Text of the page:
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Europe Bans X-Ray Body Scanners Over Cancer Worries; Will U.S. Follow?

The European Union (E.U.) announced this week that it is banning the use of X-ray (a.k.a “backscatter”) body scanning machines over health concerns. Questions have been raised over the safety of using X-ray technology, which is believed to potentially increase a passenger’s risk of cancer, as a means of passenger screening.

The European Commission, which wrote the report, states: “In order not to risk jeopardising citizens’ health and safety, only security scanners which do not use X-ray technology are added to the list of authorised methods for passenger screening at E.U. airports.”

American airports, of course, use both X-ray scanners and millimeter wave scanners (the latter of which is not believed to pose any health risk). The Transportation Security Administration (TSA) maintains that both types of machines are safe.

So, to be clear: This doesn’t mean that flying within Europe lets you avoid the naked body scanners, but it does mean you’re less likely to be exposed to potentially harmful rays on your next European trip.

In the same ruling, the E.U. adopted new screening procedures for the millimeter wave body scanner machines, which are similar to guidelines used in the U.S. Specifically, images of bodies will not be saved, and passengers are allowed the choice of going through the body scanner or undergoing a pat-down.

But should we really trust the TSA to make health decisions for flyers? This is the same agency that a scathing congressional report recently condemned as “a bloated bureaucracy” responsible for more than 25,000 security breaches in the last decade.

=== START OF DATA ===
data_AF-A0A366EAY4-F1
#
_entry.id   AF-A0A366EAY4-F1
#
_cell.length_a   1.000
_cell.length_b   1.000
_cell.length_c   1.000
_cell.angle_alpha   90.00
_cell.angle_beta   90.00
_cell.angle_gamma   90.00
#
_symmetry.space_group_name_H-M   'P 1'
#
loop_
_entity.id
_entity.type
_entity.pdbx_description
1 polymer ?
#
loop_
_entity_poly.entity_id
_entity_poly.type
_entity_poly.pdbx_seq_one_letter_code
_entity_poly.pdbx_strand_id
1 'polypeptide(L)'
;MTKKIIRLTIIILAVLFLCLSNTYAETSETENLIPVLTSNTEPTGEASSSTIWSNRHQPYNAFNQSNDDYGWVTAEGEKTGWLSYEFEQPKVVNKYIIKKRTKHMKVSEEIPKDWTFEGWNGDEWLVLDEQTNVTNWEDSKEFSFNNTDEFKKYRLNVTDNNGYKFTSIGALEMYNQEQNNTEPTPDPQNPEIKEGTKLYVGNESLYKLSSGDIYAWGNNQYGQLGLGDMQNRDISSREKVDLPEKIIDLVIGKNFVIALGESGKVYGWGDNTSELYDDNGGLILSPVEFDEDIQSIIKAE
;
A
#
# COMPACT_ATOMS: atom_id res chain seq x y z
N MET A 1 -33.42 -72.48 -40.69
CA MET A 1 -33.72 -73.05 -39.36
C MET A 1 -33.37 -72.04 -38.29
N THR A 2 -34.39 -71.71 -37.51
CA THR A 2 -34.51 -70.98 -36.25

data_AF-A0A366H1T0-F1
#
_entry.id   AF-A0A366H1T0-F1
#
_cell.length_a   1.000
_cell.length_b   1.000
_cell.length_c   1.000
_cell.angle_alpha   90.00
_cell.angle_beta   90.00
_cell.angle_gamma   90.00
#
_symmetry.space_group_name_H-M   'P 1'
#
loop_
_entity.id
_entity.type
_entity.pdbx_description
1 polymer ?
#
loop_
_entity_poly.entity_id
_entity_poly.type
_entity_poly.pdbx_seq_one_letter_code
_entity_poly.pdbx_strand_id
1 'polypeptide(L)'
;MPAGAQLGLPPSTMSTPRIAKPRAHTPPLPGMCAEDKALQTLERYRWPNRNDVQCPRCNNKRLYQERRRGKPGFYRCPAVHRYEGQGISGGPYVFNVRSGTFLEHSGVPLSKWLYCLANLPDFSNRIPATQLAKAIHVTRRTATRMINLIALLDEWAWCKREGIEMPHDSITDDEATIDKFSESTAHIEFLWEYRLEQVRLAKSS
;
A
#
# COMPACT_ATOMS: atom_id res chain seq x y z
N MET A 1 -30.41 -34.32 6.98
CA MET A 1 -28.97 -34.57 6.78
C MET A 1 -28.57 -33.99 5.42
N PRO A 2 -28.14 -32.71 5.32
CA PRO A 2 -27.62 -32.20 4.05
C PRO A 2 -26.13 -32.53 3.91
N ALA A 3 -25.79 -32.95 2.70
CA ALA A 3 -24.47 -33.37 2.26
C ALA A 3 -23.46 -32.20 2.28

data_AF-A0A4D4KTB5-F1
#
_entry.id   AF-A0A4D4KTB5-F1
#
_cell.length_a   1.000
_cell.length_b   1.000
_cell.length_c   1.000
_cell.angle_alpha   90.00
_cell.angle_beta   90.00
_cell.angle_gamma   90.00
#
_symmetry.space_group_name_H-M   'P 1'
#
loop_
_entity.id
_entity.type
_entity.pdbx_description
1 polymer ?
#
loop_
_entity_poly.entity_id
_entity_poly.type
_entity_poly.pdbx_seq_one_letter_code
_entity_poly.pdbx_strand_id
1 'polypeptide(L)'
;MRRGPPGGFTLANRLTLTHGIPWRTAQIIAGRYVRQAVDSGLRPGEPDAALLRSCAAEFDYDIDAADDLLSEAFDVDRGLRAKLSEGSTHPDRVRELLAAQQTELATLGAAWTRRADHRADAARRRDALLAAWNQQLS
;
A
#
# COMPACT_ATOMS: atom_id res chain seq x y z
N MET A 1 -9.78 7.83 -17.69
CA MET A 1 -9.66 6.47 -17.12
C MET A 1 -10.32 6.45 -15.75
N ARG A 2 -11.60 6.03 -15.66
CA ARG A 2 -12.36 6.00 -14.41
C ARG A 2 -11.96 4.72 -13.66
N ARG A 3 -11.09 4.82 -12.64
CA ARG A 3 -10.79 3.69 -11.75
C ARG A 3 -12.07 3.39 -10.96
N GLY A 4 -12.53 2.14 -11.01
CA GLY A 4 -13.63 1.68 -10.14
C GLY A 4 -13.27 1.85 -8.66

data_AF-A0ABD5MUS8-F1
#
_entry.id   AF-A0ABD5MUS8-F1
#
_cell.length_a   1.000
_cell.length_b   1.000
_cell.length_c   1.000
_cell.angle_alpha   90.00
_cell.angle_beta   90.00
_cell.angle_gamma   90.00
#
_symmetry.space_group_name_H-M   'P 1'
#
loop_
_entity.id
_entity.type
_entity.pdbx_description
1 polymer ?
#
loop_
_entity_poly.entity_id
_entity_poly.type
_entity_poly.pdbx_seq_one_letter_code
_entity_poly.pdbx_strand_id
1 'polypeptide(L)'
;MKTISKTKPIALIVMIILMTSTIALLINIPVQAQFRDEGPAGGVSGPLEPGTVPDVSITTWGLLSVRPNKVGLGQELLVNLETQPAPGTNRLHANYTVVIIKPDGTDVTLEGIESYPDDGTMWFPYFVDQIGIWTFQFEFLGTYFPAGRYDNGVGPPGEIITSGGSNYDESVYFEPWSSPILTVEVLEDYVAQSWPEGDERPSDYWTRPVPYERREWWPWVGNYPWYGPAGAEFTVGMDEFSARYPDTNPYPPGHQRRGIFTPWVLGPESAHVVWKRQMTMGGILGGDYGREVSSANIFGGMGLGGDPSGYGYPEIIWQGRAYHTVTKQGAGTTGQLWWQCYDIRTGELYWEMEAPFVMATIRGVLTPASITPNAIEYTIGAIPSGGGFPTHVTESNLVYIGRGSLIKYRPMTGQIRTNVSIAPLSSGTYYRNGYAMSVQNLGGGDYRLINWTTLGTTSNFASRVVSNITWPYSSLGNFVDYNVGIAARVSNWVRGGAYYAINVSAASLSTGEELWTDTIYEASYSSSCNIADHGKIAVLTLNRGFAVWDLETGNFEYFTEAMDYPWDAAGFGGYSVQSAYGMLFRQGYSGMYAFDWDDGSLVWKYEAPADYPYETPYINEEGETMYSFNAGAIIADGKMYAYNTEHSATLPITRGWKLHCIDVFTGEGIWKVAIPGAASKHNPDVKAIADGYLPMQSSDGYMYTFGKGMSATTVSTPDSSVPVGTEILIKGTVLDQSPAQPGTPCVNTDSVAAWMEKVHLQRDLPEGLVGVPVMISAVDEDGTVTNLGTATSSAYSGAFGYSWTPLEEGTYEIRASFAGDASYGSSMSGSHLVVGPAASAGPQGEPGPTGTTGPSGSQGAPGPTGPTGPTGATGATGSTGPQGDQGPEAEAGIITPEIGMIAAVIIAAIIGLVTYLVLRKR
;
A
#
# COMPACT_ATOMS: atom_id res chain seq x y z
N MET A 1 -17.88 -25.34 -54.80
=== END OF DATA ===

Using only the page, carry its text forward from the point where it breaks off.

The report, by the way, features chapters like “TSA’s bloated Administration and Bureaucracy,” “TSA’s Personnel Failures,” and “TSA’s Aviation Security Failures.” Call me a skeptic, but could it be that the TSA is reluctant to scrap these X-ray machines because it can’t afford another costly failure like “wasting hundreds of millions of dollars in taxpayer funds on failed [security] solutions” (another gem from the same report)?

Readers, what do you think? Should the U.S. follow the E.U. and completely switch to the millimeter wave scanners? Are even those scanners too invasive? And do you opt to get up close and personal with a TSA agent pat-down instead of going through a body scanner?

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